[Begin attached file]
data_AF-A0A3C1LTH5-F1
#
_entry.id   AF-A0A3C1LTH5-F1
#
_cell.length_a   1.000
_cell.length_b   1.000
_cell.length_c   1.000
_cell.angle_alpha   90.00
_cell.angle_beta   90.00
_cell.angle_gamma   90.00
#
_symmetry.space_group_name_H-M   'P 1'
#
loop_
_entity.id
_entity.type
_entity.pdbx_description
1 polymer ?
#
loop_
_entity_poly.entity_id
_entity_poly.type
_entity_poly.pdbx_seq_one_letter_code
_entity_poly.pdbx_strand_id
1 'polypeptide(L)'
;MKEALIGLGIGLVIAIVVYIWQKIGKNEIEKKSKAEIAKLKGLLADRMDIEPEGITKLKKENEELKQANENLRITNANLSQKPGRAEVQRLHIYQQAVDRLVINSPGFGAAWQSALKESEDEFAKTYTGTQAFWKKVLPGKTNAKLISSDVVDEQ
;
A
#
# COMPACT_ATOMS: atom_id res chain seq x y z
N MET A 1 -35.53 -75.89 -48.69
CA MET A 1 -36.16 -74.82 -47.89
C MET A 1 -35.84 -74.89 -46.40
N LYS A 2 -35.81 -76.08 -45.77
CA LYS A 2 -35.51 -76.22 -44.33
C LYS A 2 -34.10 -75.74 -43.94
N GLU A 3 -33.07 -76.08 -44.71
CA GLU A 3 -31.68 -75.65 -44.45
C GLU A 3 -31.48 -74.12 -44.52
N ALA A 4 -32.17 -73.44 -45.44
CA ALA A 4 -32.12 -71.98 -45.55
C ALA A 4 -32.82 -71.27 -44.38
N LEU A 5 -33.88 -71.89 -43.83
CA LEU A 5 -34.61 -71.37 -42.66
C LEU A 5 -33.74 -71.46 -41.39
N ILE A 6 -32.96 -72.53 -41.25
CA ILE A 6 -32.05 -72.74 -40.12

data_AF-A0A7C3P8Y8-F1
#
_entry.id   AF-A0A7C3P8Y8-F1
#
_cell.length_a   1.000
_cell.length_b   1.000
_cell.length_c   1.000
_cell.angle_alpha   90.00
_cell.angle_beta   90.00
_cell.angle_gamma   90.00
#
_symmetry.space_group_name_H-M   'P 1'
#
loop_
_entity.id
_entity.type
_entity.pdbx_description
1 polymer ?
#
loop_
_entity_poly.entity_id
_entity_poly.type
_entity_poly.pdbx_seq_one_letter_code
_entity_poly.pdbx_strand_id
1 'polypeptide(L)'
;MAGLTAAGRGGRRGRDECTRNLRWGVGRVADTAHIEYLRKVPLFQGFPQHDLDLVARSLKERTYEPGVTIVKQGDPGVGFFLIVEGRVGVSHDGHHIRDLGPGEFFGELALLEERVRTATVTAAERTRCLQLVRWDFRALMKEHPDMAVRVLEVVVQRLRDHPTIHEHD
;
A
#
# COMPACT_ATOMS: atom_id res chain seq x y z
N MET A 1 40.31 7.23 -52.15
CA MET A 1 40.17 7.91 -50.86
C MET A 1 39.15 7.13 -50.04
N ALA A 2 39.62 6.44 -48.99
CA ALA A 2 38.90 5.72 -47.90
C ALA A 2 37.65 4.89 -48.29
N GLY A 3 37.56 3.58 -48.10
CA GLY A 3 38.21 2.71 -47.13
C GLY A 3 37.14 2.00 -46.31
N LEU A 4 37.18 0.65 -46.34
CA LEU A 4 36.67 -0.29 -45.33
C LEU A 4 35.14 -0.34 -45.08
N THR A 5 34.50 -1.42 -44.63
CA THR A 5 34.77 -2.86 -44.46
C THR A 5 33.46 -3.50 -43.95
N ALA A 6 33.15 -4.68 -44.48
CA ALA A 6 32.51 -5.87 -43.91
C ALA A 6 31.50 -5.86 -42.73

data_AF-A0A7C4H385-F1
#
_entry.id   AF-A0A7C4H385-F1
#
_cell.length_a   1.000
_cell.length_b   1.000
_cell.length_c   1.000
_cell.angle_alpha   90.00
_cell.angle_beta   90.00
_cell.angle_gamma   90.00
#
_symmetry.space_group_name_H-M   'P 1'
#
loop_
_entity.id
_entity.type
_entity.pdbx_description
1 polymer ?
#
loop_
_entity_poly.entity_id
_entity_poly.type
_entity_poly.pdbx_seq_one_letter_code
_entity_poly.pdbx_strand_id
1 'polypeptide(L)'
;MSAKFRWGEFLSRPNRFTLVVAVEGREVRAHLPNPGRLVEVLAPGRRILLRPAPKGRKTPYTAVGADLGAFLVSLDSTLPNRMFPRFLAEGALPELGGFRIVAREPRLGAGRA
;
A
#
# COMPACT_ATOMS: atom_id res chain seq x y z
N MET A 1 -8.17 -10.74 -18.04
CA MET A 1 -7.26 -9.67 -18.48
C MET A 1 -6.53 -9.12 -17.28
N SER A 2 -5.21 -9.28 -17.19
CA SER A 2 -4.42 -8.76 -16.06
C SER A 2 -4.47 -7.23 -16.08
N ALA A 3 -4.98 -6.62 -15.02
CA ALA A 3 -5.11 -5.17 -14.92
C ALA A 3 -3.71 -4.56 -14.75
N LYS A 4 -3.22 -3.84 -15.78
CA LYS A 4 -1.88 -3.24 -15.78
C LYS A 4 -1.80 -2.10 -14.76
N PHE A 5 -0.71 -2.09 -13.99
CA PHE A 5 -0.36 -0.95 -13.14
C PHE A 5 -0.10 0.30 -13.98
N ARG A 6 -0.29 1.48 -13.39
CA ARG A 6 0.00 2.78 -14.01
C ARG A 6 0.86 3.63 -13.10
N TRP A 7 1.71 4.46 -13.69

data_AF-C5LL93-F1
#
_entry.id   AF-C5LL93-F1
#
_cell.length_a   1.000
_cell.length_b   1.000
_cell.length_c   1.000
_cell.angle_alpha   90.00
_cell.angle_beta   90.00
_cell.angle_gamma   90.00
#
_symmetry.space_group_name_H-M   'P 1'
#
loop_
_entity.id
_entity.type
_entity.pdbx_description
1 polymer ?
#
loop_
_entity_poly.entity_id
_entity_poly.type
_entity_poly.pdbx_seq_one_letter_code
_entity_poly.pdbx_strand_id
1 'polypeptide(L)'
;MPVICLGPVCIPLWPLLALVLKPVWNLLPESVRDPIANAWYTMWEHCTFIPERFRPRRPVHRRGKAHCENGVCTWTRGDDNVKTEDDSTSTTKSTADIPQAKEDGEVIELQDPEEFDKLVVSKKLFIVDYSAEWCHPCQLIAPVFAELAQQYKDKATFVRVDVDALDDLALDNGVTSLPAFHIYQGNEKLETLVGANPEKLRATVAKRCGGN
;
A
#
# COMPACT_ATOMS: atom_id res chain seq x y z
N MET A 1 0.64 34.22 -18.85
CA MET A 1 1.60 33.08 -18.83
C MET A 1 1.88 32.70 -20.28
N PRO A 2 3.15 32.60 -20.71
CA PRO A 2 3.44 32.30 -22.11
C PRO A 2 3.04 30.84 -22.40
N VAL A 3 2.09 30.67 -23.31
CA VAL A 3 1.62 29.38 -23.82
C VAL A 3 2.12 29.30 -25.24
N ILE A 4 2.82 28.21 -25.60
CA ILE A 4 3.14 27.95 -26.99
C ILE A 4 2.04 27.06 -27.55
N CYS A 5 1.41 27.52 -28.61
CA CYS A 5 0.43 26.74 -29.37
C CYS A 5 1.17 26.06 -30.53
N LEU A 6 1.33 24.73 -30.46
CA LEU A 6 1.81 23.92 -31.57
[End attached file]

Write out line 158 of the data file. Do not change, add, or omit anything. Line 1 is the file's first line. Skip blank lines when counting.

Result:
loop_